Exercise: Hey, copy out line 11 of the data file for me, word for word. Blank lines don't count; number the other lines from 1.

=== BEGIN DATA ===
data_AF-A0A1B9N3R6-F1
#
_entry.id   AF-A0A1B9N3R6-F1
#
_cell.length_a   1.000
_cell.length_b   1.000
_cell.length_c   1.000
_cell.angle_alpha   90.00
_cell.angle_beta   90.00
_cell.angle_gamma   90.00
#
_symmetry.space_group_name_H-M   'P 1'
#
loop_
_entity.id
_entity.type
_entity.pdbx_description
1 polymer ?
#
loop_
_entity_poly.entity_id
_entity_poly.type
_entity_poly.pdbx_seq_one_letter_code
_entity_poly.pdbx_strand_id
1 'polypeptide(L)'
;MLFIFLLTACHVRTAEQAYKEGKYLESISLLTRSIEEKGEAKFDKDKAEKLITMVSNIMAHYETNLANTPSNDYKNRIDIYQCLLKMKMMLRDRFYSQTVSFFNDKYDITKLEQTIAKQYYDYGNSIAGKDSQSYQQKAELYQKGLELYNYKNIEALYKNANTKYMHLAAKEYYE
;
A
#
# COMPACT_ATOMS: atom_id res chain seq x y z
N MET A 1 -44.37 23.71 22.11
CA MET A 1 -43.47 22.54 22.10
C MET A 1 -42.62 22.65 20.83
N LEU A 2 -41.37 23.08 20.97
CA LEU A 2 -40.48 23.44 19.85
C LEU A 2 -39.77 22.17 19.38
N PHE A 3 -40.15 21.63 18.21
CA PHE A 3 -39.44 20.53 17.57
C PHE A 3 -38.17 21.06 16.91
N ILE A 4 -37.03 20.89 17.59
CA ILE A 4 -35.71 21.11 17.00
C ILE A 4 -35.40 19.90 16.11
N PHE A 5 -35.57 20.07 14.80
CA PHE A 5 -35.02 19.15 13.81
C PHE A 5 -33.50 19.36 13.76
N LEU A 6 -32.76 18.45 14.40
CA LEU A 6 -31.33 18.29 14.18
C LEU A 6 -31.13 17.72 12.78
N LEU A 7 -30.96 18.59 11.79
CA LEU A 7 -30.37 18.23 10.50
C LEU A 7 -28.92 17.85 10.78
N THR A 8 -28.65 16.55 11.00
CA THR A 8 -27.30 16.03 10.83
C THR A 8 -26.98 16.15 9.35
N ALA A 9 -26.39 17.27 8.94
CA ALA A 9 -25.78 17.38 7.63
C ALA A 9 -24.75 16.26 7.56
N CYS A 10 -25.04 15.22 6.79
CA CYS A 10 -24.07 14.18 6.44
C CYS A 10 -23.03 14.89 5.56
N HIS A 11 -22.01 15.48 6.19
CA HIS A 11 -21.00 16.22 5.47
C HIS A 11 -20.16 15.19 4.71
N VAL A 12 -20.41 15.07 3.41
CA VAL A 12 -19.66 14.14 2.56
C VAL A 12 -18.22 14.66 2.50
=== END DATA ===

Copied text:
#